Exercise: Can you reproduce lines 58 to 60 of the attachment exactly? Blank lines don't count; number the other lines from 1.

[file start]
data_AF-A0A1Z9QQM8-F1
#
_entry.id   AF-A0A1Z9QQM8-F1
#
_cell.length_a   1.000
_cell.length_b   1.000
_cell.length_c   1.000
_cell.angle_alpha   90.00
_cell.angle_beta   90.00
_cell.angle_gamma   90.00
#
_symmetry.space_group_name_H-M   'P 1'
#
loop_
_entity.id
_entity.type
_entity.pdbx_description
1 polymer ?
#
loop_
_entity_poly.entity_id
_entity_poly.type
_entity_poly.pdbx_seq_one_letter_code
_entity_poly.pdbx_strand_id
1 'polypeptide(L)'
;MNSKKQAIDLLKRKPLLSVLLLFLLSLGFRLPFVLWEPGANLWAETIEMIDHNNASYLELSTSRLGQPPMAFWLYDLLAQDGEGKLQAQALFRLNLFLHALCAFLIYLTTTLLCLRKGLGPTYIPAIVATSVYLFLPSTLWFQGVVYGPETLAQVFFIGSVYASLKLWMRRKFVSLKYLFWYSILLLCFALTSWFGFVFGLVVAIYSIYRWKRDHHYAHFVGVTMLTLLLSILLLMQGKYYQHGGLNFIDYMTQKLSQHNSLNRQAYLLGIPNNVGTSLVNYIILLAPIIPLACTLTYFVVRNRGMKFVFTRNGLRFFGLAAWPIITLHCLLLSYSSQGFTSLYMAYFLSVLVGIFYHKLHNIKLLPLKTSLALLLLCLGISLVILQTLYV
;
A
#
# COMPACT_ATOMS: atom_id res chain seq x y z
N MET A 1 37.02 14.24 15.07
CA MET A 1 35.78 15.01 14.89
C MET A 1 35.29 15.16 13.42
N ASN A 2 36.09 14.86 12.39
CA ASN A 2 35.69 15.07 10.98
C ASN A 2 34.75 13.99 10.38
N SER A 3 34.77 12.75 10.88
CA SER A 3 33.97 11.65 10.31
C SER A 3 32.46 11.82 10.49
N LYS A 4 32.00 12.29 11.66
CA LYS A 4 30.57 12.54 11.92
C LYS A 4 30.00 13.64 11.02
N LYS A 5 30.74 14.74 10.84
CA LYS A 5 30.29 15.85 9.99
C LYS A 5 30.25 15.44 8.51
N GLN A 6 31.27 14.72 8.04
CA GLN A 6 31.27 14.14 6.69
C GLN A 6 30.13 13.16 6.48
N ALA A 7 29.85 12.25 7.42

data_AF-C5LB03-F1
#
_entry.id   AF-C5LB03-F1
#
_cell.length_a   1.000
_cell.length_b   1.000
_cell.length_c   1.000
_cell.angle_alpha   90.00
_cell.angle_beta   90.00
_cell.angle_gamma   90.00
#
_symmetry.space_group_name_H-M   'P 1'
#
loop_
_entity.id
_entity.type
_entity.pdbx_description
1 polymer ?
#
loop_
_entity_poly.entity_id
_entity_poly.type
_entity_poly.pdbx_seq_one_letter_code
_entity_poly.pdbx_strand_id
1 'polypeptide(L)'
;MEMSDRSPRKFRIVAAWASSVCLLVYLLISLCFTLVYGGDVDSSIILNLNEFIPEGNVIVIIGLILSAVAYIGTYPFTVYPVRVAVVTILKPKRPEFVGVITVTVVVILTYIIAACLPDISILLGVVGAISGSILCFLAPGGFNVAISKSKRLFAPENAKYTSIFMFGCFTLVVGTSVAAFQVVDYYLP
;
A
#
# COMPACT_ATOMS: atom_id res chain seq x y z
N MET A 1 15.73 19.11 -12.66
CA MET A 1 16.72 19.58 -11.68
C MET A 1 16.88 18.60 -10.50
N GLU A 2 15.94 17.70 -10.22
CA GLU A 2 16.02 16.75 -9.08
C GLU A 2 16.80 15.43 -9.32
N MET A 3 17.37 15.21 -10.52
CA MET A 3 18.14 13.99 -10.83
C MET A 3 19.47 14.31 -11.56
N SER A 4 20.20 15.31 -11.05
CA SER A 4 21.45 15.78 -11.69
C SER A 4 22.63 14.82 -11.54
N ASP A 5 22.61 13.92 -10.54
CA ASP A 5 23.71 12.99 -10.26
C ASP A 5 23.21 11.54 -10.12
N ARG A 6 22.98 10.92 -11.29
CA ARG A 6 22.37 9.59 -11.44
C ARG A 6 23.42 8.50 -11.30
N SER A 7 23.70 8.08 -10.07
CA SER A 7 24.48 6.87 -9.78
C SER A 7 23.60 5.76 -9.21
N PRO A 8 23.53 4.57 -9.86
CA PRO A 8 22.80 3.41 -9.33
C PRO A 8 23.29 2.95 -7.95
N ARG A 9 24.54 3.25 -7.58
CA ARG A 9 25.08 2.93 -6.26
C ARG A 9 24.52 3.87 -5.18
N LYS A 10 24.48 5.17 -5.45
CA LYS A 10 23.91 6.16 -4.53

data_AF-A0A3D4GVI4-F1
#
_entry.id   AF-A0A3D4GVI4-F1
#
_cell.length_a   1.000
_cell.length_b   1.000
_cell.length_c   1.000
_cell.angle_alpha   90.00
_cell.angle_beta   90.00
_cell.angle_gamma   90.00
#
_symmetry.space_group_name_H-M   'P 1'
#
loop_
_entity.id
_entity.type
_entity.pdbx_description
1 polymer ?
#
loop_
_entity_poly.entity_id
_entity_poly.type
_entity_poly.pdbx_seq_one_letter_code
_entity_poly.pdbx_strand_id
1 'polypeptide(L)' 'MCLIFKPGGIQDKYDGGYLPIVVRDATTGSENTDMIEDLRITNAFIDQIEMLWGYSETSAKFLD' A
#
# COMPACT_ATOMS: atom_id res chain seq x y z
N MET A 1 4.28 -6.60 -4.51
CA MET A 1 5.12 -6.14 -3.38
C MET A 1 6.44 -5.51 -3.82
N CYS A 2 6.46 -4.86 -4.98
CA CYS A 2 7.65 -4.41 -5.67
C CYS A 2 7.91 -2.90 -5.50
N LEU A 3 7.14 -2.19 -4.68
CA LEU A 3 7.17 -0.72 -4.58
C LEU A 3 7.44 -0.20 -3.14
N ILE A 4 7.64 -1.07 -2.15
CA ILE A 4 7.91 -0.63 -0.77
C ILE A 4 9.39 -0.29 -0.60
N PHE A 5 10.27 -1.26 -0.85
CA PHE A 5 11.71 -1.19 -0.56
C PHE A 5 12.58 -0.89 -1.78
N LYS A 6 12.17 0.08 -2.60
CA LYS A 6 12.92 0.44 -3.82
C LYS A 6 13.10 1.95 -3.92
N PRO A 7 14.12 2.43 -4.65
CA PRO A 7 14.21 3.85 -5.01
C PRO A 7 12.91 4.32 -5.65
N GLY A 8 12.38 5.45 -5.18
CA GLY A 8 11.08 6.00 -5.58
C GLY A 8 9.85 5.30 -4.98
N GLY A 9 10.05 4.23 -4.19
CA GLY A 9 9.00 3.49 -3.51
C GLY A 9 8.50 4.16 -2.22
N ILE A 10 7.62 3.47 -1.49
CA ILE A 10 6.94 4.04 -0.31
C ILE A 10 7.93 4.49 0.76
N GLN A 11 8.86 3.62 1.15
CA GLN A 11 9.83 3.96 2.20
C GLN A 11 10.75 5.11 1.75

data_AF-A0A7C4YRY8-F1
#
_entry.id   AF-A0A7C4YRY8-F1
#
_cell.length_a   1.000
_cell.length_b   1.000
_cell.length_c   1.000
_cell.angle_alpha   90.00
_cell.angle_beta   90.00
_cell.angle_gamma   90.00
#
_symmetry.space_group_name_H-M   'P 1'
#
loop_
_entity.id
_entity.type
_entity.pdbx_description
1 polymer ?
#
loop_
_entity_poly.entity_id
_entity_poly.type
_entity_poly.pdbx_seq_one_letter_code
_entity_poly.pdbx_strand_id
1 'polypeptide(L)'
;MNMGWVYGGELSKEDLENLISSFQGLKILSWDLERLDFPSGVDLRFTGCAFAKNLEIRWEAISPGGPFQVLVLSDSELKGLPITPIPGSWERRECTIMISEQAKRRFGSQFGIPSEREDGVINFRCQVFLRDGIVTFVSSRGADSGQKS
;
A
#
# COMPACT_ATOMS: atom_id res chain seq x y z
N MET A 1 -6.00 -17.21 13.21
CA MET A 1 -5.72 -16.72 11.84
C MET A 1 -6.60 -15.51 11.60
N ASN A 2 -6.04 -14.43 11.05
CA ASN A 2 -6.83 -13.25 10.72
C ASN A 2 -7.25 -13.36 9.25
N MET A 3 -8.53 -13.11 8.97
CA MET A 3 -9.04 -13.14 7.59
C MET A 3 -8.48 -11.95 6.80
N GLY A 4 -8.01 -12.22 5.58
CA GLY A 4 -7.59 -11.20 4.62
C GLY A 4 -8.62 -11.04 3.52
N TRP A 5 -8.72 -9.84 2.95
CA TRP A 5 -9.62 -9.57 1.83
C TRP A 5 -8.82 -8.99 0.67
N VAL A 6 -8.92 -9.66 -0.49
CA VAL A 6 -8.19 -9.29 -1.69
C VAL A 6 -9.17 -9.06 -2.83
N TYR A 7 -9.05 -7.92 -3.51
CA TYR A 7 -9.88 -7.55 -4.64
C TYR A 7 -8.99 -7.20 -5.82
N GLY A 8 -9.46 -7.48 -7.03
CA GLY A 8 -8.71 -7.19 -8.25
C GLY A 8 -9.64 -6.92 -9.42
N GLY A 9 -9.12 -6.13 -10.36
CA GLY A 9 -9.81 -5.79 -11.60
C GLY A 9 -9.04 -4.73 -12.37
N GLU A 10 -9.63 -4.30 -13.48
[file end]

_cell.angle_beta   90.00
_cell.angle_gamma   90.00
#